Then we come to … well, we all know Paul Simon, but did you know he included the Dixie Hummingbirds as featured backup on “Loves Me Like a Rock”? Charting at #7 for KOVO this month, the primarily gospel group added a little soul as they had been to music since 1928! Beginning as the Sterling High School Quartet (Greenville, South Carolina), when they went pro and changed their name, founding member, Jim B. Davis said, “I figured that was the only bird could fly both backwards and forwards. Since that was how our career seemed to be going [laughs], I figure that was a good name, and the guys went along with it.”  

AUGUST 2023 Music Events & More    

August 9th-17th: With a hunka-hunka burnin’ love, it’s Elvis Week! And Graceland is going all out this year, with an “Aloha from Hawaii 50th Anniversary Concert (Aug 16) featuring Elvis on the big screen backed by a live band.” How cool is that?! If you can make it to Memphis, it should be an amazing week. But if not, you won’t be left out, “Virtual Elvis Week brings all the excitement of Elvis Week 2023 right into your home.” Visit the Graceland link to learn details.

August 12th: It’s a shame there is no sponsoring link for National Vinyl Record Day. It was obviously created by someone* who no longer cares (or can). Pity. As Oldies Vinyl Records are enduring even into today’s world; while current artists have learned that they still sound better in vinyl than any other musical medium (except, hopefully, live). If you are an oldie-but-a-goodie, grab your youth and gently lay it on the ol’ turntable for a languid afternoon of reminiscing. 

*With a little digging, I found NVRD creator, Gary Freiberg, but no recent information of his status. He began the annual honor in 2002, petitioned the USPS for a Vinyl Record Stamp around 2010. His idea was solid. Quoting from a Goldmine Magazine article, said Freiberg, “Everyone has their own soundtrack, as Dick Clark called it. When you hear a song and instantly, fondly remember a good time or people, you relate to that song.” (FYI, there is a “NationalVinylRecordDay.org” site, but seems to be no relation to Freiberg’s day or its origin.) [Image: 1967 vinyl picture record, Beatles’ Sgt. Pepper’s Lonely Hearts Club Band] 

August 20th: Flip the switch and fire up your ol’ transistor radio, pioneering Radio fans! It’s National Radio Day! Sadly, another orphaned celebration, with no “official” site—although Wiki links it to WWJ/Detroit, Michigan. (WWJ, along with KDKA/Pittsburgh, Pennsylvania, WHA/Madison, Wisconsin, and KCBS/San Francisco, all claim to be “broadcasting’s oldest station” in the U.S.) You can peruse a little Radio history here.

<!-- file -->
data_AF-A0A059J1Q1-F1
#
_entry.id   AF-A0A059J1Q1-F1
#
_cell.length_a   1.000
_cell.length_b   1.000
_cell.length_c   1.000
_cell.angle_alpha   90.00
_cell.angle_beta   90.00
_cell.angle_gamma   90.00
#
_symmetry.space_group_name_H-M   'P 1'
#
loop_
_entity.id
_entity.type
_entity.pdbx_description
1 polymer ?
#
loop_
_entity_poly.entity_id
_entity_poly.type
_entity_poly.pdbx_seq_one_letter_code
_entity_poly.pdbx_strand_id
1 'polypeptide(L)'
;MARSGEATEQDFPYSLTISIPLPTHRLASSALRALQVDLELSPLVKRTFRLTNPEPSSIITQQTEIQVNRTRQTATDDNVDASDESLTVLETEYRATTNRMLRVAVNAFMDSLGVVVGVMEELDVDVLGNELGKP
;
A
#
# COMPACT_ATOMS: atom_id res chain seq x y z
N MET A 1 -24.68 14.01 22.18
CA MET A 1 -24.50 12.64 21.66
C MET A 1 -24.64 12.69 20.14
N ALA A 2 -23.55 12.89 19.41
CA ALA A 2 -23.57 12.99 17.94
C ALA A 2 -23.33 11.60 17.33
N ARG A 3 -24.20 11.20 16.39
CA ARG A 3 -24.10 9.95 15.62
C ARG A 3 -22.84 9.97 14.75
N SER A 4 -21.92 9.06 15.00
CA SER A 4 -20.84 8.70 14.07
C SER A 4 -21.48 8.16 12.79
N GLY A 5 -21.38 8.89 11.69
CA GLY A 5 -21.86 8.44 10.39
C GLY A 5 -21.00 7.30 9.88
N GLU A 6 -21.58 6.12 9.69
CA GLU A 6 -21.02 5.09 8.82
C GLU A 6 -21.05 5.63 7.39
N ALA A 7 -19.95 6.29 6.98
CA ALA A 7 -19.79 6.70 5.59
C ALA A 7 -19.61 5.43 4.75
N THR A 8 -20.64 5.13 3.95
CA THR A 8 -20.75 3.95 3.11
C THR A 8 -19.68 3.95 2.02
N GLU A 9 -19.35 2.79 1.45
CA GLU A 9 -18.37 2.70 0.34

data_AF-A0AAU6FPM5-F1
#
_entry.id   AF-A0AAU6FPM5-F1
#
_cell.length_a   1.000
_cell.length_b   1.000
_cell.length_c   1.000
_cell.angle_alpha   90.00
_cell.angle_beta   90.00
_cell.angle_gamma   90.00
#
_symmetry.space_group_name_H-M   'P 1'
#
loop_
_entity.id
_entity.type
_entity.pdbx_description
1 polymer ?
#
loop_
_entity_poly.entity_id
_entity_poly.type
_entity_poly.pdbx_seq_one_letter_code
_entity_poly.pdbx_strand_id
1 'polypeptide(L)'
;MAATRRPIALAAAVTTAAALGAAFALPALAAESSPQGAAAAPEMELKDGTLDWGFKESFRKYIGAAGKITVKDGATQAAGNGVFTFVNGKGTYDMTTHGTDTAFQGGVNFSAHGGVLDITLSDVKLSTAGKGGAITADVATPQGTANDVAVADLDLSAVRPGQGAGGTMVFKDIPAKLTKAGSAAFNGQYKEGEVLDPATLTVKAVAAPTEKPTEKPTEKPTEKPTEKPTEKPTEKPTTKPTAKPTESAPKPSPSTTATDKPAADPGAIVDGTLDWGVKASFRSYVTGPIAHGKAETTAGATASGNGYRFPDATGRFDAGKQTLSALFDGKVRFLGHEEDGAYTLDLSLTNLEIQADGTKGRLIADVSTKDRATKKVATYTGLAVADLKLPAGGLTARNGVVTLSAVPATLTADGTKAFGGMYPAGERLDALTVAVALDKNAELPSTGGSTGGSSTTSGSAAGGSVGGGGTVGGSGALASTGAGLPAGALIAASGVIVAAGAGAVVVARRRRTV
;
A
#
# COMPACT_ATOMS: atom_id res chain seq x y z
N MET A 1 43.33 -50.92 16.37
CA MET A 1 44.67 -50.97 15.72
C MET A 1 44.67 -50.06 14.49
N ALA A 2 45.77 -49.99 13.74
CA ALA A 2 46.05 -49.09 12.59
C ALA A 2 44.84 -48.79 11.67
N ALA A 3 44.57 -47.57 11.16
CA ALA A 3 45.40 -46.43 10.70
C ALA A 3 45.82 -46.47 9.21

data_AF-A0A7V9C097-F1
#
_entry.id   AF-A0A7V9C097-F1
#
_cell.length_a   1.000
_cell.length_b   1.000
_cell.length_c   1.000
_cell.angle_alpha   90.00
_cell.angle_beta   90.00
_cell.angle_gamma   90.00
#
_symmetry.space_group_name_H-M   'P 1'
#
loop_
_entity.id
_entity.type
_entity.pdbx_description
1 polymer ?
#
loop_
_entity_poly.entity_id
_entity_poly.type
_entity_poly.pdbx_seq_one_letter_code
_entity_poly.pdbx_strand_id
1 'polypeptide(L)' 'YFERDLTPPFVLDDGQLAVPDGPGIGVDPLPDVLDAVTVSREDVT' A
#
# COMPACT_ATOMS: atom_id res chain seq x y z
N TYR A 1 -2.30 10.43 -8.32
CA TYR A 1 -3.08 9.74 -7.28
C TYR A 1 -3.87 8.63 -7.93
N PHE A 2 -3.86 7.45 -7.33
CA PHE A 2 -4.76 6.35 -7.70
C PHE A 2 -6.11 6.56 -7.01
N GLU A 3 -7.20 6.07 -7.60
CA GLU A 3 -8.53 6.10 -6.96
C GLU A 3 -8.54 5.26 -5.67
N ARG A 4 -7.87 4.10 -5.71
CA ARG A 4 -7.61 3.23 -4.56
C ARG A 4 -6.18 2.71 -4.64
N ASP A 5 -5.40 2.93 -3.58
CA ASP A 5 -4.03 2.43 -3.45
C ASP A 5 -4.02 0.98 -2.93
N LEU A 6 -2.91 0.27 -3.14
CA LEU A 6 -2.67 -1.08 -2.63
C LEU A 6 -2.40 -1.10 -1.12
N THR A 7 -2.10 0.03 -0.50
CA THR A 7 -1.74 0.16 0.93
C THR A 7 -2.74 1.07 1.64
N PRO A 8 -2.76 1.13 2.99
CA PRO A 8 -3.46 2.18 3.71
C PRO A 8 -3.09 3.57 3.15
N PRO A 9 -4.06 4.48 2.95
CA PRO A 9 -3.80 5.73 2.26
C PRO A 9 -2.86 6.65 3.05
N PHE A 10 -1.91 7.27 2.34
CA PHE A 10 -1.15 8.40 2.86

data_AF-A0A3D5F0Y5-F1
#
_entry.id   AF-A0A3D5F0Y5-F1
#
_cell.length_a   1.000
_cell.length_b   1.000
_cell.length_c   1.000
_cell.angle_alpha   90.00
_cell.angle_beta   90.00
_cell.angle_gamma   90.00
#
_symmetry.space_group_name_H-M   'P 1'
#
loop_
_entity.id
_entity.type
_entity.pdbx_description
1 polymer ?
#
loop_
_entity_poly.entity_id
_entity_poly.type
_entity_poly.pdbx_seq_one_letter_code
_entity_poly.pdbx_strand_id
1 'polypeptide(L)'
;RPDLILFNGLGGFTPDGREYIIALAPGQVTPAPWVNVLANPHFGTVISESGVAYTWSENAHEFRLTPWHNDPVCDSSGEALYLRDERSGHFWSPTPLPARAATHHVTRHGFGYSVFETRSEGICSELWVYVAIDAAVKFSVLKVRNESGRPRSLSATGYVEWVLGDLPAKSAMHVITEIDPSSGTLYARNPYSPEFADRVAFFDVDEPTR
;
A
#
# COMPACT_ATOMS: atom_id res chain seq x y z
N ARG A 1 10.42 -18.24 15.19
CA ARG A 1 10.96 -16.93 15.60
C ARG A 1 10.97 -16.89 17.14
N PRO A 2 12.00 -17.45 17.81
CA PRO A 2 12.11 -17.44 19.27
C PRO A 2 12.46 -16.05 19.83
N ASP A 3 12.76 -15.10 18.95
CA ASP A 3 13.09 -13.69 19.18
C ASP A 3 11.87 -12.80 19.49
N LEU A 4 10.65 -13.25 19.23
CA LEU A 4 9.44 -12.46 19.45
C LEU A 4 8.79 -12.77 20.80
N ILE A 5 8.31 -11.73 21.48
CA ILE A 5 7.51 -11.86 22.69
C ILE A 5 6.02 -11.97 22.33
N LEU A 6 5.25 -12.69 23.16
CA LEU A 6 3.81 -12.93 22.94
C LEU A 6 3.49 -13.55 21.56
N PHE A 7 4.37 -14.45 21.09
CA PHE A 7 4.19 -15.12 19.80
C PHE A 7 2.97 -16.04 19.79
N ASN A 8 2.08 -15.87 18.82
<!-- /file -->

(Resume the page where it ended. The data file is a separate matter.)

Of course, this day is a natural for Blast from Your Past, since we are all about Rock & Roll Radio Disk Jockeys and the music they sent to us over radio airwaves in its heyday, 1954-1979. When Rock & Roll came along, Radio was never the same! Thank goodness! We lay the groundwork and celebrate the medium in Rock & Roll Radio DJs: The First Five Years (1954-1959) and continue the fun in … The Swinging Sixties. Swing on by Amazon and pick up a copy! Enjoy the momentsagain

BFYP Featured Radio Survey  
AUGUST 29, 1973 ~ KOVO/Provo, Utah won out over WFIL for FRS, mainly because it’s the only Utah survey in the BFYP Collection. We have tons of WFIL, so you’ll see more of them soon, I’m sure. For now, we’ll enjoy 96/KOVO “The Fun One” showing its ‘70s artistic flow and hip listener song choices … 50 Years Ago this Month in Rock & Roll Radio! Where were you that
groovy day when your radio played 

 Let’s Celebrate AUGUST 1973 and Rock On!   

BFYP Book 1 (1954-1959) on Amazon
BFYP Book 2 (Swinging ‘60s) on Amazon 
Blast from Your Past Gifts
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* In the Ben Franklin quote above, the bracketed text is obviously my addition. But as it’s said about undisputed truths (though also too often, subjective and misguided rhetoric), truer words were never spoken.

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LinDee Rochelle is a writer and editor by trade, and author by way of Rock & Roll. Two books (of three planned) are published in her Blast from Your Past series, available on Amazon (eBook and print): Book 1Rock & Roll Radio DJs: The First Five Years 1954-1959; and Book 2Rock & Roll Radio DJs: The Swinging Sixties. Coming soon … Book 3 – The Psychedelic Seventies!

Note: FYI – All links in the BFYP site are personally visited, verified, and vetted. Most are linked to commonly accessed sites of reputable note. Occasionally, since I often feature real people and/or singular sources there may be an unsecured link. As with everything cyber-security, use at your own discretion and risk. No compensation is received for any mentions of businesses, products, or other commercial interests. *All holiday and special event days are found at Brownielocks.com’s calendar site. Enjoy!